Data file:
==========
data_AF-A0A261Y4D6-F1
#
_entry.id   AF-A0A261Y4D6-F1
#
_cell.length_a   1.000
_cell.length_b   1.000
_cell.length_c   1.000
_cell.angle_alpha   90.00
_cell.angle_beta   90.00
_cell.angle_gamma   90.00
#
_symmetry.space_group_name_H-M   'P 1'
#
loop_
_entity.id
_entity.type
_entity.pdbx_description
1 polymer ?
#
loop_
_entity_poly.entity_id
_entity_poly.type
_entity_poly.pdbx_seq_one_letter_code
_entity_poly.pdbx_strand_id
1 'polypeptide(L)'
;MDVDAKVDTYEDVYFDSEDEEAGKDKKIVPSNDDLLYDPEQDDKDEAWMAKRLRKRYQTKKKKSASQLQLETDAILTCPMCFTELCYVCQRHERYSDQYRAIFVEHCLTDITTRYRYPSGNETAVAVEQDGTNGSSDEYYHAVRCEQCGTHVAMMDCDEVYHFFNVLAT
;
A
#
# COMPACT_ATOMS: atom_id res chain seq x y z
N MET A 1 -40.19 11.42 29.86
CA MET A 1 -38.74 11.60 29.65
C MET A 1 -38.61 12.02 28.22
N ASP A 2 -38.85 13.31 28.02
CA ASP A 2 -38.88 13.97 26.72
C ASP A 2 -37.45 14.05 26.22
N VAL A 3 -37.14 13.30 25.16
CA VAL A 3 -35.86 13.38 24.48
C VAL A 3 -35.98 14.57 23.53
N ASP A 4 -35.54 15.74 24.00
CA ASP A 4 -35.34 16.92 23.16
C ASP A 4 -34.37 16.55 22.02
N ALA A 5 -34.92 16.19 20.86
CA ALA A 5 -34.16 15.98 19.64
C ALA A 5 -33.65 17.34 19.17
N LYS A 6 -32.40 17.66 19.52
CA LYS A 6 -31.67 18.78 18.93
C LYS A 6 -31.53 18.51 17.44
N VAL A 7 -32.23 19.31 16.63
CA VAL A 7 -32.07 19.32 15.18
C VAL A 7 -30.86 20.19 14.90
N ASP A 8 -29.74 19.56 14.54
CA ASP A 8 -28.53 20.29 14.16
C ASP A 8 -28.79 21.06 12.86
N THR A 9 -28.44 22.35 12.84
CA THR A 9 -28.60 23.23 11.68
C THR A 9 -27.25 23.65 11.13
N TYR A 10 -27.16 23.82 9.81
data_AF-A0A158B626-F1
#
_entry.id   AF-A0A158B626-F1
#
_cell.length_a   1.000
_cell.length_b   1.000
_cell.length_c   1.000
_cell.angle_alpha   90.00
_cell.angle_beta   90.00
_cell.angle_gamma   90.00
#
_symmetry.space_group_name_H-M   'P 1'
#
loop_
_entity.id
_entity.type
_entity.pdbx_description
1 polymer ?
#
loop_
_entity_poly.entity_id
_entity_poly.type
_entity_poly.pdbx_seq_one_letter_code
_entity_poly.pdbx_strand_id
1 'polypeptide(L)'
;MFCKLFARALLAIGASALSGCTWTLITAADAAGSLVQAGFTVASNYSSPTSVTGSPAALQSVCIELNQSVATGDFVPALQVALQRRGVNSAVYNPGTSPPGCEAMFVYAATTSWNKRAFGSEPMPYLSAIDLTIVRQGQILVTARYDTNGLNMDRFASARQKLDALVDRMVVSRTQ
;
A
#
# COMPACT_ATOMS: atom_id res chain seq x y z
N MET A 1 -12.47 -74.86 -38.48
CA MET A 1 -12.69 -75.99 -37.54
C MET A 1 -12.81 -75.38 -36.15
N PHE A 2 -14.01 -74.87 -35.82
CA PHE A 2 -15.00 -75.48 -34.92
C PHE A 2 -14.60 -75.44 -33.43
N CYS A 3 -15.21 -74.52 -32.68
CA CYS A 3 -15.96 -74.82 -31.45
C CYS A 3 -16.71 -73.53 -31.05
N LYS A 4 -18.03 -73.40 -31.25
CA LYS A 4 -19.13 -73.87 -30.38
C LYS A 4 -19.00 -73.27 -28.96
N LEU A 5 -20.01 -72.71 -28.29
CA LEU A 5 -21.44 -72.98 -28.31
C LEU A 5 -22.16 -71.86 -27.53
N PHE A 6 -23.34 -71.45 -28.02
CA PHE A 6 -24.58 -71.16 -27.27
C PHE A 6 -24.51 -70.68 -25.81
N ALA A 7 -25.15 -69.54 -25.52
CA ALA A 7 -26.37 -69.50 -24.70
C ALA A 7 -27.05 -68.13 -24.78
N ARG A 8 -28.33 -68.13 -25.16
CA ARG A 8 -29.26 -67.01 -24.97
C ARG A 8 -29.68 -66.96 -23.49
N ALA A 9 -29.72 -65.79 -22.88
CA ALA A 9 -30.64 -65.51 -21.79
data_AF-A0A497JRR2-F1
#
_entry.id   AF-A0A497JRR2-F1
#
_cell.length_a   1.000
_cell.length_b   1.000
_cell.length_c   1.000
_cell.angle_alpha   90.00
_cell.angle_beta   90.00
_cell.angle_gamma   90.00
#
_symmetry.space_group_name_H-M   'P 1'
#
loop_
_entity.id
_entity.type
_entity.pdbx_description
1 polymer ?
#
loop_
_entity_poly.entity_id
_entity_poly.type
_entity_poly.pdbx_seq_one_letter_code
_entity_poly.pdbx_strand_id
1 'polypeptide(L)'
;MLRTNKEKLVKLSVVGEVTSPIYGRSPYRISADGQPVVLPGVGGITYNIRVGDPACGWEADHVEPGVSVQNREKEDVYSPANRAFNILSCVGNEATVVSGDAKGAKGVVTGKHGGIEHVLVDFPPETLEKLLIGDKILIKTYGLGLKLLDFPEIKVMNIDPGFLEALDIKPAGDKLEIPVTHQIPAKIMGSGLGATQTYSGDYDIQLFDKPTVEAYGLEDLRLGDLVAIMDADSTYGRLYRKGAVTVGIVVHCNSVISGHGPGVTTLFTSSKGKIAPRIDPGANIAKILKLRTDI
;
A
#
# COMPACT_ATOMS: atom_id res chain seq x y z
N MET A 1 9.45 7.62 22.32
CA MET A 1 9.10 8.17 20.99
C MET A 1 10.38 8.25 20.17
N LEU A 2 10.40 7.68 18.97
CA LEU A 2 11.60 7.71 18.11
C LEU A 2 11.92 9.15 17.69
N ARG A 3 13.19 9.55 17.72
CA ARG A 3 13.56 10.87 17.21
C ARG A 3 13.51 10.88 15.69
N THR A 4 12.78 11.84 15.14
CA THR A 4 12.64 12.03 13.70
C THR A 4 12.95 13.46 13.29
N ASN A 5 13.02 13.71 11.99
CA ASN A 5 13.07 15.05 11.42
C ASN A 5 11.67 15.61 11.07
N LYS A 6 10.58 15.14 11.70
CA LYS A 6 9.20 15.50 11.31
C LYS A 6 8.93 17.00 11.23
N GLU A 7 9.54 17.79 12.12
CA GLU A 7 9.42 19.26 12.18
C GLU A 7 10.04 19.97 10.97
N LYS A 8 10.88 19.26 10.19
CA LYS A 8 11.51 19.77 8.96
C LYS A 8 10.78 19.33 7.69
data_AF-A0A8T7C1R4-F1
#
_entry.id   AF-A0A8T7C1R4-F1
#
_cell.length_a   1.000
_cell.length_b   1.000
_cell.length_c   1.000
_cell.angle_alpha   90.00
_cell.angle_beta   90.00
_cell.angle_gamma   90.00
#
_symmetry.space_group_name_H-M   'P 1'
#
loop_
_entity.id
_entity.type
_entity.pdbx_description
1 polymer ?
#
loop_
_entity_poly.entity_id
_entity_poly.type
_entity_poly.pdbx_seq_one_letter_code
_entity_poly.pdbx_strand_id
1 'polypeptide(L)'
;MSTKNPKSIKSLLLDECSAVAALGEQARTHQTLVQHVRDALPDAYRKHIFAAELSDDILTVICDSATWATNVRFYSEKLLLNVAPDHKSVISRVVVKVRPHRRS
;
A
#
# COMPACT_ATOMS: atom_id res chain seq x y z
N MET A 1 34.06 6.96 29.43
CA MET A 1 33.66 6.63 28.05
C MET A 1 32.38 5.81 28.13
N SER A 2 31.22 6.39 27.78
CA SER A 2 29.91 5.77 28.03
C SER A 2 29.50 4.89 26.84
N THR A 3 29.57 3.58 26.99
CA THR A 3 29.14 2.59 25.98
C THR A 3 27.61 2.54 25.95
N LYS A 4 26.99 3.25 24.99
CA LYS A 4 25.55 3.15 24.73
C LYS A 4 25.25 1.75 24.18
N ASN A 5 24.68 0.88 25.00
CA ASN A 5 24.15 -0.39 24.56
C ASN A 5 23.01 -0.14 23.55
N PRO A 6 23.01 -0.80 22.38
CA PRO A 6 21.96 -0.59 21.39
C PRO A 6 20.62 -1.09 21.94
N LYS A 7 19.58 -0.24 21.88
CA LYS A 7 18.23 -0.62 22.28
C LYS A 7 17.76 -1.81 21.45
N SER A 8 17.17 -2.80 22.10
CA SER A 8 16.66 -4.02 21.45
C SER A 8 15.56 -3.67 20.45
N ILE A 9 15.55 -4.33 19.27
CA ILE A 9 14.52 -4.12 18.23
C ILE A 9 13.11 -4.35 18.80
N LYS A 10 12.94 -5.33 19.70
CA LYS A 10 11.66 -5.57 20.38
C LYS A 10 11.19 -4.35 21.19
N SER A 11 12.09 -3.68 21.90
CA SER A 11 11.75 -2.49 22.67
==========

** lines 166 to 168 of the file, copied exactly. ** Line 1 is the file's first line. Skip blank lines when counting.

N LYS A 8 10.88 19.26 10.19
CA LYS A 8 11.51 19.77 8.96
C LYS A 8 10.78 19.33 7.69